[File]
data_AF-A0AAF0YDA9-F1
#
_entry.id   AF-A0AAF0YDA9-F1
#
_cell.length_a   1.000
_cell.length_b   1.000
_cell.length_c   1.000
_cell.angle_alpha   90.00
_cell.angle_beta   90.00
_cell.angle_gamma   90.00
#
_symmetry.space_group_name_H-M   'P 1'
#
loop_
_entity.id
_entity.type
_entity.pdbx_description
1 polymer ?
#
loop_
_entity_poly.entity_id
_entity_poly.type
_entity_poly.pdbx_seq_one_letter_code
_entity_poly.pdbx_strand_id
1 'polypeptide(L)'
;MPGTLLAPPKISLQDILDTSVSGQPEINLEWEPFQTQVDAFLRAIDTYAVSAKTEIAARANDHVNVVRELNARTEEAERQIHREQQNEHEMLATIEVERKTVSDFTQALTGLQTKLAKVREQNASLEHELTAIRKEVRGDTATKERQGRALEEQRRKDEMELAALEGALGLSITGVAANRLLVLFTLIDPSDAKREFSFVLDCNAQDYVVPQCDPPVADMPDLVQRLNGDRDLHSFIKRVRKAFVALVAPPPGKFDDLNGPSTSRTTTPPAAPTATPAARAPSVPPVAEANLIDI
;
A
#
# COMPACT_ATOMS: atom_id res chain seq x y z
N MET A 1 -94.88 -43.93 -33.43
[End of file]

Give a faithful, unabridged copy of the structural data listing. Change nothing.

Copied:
data_AF-A0AAF0YDA9-F1
#
_entry.id   AF-A0AAF0YDA9-F1
#
_cell.length_a   1.000
_cell.length_b   1.000
_cell.length_c   1.000
_cell.angle_alpha   90.00
_cell.angle_beta   90.00
_cell.angle_gamma   90.00
#
_symmetry.space_group_name_H-M   'P 1'
#
loop_
_entity.id
_entity.type
_entity.pdbx_description
1 polymer ?
#
loop_
_entity_poly.entity_id
_entity_poly.type
_entity_poly.pdbx_seq_one_letter_code
_entity_poly.pdbx_strand_id
1 'polypeptide(L)'
;MPGTLLAPPKISLQDILDTSVSGQPEINLEWEPFQTQVDAFLRAIDTYAVSAKTEIAARANDHVNVVRELNARTEEAERQIHREQQNEHEMLATIEVERKTVSDFTQALTGLQTKLAKVREQNASLEHELTAIRKEVRGDTATKERQGRALEEQRRKDEMELAALEGALGLSITGVAANRLLVLFTLIDPSDAKREFSFVLDCNAQDYVVPQCDPPVADMPDLVQRLNGDRDLHSFIKRVRKAFVALVAPPPGKFDDLNGPSTSRTTTPPAAPTATPAARAPSVPPVAEANLIDI
;
A
#
# COMPACT_ATOMS: atom_id res chain seq x y z
N MET A 1 -94.88 -43.93 -33.43